sperity, uniformly and sternly voted At a period too, when the State has in consistency with their own indi. set so honourable and so praiseworthy vidual apprehension of the merits of an example of every species of re the case before them! I am far, trenchment, where offices purely, or Sir, even from insinuating improper nearly sinecure, were concerned, at motives or conduct in the General a time when the number of expec- Assembly, or in any party or inditants for Church-preferment is in- vidual thereof; but ihe trammels of creased beyond all former precedent, habit are strong; and men, unac--and at a crisis when licentiousness customed to think, in matters of leand immorality, the natural conse- gislation, for themselves, are, from quence of peace, and of a reduction mere indolence, as well as from a of our military and naval establish- confidence in others, apt to give up ments, in particular, are felt to be all self-management. My wish and on the increase, it becomes the im- prayer is, that every member may perious duty of the Church of Scot- do his duty,” and then pluralities land to bring, into full and unequi- shall soon become only a matter of vocal agency, all her wisdom, and all historical record. her zeal, and all her efficiency, not

FRATER. to diminish, by a single unit or degree, that amount of influence and exertion of which she is possessed, Song-To Mary. and which she is now so loudly called

AND canst thou then believe that I upon to put forti. This is not, in fact, a party measure, and God for

Could e'er prove false to thee, Mary? bid that it should ever become so! Stars may desert the midnight sky, It will be taken up, it is to be hoped, But by the glance of that soft eye,

And birds the shady tree, Mary ; and triumphantly carried into exe

And by that gentle bòsom's sigh, cution, by that independent and in Thou'lt ne'er know change in me, Mary! termediule body of men*, whoscorn to belong to any party, and who think Oh! soine may seek for wealth and pow'r, it neither inconsistent with their And some for fickle fame, Mary ; duty nor their character to occupy But I'd resign for one short houreither sides of the House, as their And he who likes may blame, Maryown consciences or convenience may For one short hour in yonder bower, dictate. Would to God, Sir, that,

A monarch's throne, a kingdom's dower, in an Assembly convened together Or hero's glorious name, Mary. for the purpose of providing for the Soft cradled in thy fond embrace, spiritual good and edification of a whole nation—in an Assembly which show me on earth a fitter place

Does not my soul beat high, Mary? meets, deliberates, and dissolves un

For raptur'd bliss to lie, Mary ;der the most solemn and impressive Be't inine, when clos'd my mortal race, appeals to Almighty God,--that, in To gaze on every nameless grace, a meeting, I say, of this character, To match the Eden of thy face, more moderation and less party-spi And, heav'n before me, die, Mary!

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• Verbum sat. Amicus mihi, Dr J.-amicus mihi, Dr T.-sed magis amica veri.

A third party in the Assembly would render the other two more moderate !



In looking at the present state of civil war, and will have full leisure Europe, degraded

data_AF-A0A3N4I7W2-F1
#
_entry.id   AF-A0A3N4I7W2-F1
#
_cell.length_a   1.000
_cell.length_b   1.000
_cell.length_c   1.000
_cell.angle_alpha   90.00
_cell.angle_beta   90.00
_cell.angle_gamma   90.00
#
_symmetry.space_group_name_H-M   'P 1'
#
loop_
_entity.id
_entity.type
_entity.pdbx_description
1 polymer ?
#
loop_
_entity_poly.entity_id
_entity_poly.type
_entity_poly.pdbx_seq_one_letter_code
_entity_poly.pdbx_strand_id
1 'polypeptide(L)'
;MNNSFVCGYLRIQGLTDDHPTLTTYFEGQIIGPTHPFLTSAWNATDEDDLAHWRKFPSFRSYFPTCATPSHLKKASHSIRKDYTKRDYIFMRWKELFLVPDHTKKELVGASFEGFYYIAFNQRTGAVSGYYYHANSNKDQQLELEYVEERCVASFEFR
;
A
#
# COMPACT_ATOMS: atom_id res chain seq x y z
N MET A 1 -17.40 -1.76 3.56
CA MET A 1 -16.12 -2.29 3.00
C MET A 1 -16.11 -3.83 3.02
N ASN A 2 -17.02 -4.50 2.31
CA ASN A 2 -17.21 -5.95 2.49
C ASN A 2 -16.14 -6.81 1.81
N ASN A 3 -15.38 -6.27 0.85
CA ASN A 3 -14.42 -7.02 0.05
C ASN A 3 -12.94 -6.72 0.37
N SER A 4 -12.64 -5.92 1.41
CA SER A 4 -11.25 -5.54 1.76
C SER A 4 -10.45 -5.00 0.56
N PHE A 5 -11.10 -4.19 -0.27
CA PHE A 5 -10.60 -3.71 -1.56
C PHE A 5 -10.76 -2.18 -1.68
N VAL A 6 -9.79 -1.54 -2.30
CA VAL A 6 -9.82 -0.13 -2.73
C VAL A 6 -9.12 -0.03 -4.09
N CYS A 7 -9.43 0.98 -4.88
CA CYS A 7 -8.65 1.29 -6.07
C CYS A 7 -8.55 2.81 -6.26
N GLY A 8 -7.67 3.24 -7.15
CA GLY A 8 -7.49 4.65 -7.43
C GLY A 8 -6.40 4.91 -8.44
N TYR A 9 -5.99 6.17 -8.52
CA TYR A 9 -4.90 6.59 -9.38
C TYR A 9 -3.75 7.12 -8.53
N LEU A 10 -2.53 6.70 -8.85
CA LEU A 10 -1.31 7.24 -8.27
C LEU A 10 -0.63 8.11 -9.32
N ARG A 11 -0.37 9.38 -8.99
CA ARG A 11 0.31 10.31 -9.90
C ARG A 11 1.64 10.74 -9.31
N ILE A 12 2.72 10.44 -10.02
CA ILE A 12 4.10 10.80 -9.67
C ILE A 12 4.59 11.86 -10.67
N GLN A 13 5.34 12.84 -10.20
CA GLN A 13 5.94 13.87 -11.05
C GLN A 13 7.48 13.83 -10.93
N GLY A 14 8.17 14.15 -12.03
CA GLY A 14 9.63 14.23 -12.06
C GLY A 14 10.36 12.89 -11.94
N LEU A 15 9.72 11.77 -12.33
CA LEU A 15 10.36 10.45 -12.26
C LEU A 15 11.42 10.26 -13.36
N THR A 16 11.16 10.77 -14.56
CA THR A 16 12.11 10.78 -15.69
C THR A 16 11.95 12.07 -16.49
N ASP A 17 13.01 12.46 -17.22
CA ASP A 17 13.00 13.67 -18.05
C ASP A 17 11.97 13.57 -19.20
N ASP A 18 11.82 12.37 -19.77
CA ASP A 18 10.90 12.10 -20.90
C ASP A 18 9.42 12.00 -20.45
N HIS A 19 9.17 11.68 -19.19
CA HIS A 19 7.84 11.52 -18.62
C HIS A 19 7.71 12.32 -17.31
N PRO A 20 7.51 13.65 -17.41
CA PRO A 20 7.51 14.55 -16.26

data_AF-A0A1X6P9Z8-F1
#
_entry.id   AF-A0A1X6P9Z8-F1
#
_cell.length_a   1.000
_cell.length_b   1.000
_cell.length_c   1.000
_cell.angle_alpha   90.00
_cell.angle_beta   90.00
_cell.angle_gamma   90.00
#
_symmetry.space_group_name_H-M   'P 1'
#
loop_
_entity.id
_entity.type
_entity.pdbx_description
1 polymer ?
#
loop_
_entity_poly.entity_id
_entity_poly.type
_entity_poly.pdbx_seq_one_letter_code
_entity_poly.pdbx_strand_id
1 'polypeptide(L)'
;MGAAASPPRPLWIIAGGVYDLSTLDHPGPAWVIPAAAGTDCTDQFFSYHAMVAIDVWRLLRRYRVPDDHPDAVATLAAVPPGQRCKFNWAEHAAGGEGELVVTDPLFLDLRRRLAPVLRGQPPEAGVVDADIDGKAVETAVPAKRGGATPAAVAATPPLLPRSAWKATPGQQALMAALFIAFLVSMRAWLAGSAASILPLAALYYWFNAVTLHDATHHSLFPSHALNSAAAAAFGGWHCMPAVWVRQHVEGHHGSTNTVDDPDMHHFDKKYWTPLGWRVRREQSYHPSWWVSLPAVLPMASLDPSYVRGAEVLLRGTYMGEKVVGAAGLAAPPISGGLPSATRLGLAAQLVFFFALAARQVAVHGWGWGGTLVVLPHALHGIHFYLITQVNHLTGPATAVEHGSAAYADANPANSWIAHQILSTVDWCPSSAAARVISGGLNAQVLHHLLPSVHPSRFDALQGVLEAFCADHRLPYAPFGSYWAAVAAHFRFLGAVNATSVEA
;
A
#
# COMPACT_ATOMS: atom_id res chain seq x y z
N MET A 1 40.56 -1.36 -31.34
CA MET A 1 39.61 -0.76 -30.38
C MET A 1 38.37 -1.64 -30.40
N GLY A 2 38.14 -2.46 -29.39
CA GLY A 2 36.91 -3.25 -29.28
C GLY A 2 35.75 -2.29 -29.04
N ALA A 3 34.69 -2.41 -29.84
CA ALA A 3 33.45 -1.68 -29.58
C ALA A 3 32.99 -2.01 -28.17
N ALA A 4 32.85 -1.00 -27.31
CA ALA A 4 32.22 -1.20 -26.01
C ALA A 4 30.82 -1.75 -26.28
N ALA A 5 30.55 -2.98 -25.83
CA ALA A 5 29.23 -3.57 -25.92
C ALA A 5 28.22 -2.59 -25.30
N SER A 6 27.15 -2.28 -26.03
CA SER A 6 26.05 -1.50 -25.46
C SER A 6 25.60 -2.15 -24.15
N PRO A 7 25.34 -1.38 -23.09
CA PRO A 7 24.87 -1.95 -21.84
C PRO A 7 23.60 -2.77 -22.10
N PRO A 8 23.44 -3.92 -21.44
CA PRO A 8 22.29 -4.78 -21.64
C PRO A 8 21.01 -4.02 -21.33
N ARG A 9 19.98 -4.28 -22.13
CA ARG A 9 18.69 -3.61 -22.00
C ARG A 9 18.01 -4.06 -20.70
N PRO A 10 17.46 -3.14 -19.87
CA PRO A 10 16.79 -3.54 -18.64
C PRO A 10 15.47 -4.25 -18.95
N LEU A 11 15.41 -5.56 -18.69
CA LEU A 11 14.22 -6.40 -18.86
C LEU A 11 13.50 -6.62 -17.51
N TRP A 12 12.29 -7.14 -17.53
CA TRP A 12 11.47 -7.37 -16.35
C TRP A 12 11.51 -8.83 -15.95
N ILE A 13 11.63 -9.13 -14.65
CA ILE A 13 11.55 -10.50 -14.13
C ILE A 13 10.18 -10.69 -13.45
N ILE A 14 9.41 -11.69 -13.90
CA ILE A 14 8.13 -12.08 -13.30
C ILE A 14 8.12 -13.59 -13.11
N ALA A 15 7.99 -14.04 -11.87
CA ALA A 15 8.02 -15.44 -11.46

as it is under the to complete all those great improvethraldom of the Holy Alliance, there ments which were begun even under is little to cheer or to comfort. We the pressure of severe domestic diffisee the principle of force completely culties. We understand that the triumphant, freedom every where Congress of Colombia, which has met by the sword, and its friends held regular sittings, during all the persecuted, as if they were the ene- late struggle, has already carried inmies, and not the friends of the hu- to effect many important reforms. man race. Nor have they any asy- Schools have been every where establum to which they can fly from lished—the liberty of the press has their oppressors, except Great Bri- been secured_newspapers have been tain or the United States; so that multiplied-and every expedient for Continental Europe somewhat resem- disseminating knowledge has been bles the Roman Empire, under some eagerly adopted. In all the different of its ancient tyrants, when it was parts of this vast continent, Repredescribed by the historian as a large sentative Governments have been prison, in which there was no escape established ; and the leading men, no from the imperial frown. Naples, doubt, duly consider, that, to give as we saw, was the scene of a short effect to those free and popular instistruggle for liberty. But its fall was tutions, it is necessary to have an imnothing more than what was to be ex- proved people,-and they are therepected, before the powerful attack of fore extremely anxious to train the Austria. It was in the poor and con- inhabitants to the new duties which temptible figure made by Spain that they are now called upon to practise. the friends of freedom were disap But the advantages of all these impointed. A highly defensible coun- provements will redound, not merely try, with a numerous population, and to the countries themselves, but to a popular Government, fell back the world at large. Growing in rewithout a struggle, under the do sources both moral and physical, in minion of priests and monks, from wealth, population, and industry, whose yoke it had been emancipated, those countries will afford a great and and now lies like a log on the water, beneficial outlet to the commerce and helpless and degraded,-a victim in manufactures of Europe. To Britain, the toils of despotism, there to re more especially, their intercourse will main until a new and brighter era be extremely beneficial. In the predawn upon Europe.